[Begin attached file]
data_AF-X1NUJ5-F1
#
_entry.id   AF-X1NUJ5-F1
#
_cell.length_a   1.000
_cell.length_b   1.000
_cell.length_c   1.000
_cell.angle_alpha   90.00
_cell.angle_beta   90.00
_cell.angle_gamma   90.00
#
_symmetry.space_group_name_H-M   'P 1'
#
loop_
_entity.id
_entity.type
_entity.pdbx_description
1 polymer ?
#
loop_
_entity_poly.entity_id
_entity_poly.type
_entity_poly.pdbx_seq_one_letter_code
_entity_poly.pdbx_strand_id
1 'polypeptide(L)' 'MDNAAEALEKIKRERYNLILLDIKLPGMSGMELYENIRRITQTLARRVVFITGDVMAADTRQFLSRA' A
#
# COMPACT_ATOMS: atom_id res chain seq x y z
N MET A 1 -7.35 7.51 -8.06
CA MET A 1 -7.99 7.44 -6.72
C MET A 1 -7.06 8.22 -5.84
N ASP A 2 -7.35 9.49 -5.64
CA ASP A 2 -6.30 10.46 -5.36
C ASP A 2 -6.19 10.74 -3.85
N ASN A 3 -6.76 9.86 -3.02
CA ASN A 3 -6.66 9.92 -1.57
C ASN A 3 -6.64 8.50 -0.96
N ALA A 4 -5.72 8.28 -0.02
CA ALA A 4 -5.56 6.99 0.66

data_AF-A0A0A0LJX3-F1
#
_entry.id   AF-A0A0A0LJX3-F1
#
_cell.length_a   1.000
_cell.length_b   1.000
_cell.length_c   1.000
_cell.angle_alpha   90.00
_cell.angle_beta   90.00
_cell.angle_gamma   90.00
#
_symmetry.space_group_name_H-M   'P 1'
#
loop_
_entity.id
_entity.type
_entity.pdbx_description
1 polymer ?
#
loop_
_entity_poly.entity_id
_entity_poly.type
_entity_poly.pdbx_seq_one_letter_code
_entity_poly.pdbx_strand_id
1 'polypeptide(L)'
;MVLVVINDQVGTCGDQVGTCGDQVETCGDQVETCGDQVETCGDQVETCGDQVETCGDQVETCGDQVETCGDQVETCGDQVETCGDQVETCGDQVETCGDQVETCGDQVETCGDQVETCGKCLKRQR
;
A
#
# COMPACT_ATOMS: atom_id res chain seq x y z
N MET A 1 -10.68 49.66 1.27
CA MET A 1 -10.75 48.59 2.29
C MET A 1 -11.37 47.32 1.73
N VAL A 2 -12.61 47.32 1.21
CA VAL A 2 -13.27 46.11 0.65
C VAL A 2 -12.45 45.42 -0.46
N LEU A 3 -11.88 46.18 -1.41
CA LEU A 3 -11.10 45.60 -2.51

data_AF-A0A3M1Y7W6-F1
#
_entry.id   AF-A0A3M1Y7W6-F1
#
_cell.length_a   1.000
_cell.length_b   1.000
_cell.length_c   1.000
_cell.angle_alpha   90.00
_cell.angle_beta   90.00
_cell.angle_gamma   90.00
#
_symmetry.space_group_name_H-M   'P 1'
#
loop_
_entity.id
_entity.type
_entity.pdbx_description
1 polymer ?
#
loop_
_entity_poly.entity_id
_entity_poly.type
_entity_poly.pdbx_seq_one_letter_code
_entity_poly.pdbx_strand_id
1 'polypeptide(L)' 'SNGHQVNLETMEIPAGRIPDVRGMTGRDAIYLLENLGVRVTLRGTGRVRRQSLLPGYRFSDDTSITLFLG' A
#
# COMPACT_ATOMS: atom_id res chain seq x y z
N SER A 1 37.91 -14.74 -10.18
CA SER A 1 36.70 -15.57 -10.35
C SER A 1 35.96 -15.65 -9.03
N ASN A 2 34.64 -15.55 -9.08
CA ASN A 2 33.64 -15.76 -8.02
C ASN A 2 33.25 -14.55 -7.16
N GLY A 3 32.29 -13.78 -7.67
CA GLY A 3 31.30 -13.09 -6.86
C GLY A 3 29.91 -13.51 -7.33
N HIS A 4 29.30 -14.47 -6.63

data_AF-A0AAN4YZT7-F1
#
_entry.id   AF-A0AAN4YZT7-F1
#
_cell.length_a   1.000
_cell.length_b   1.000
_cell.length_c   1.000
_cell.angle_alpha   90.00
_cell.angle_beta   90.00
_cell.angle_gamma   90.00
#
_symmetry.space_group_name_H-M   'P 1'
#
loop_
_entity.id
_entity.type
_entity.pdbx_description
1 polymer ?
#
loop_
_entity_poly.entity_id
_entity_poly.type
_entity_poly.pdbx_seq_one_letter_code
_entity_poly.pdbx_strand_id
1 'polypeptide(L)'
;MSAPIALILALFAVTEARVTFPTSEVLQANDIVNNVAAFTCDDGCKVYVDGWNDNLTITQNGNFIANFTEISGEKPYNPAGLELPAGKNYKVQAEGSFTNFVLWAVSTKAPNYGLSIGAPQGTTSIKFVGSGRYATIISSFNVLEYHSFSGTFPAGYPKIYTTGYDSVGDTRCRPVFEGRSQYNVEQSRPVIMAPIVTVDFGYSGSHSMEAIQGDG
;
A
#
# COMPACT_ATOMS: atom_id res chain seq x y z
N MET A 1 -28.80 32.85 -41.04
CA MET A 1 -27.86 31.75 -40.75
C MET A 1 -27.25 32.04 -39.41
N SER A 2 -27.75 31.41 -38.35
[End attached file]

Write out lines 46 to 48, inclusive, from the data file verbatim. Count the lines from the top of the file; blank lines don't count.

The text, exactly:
_cell.angle_alpha   90.00
_cell.angle_beta   90.00
_cell.angle_gamma   90.00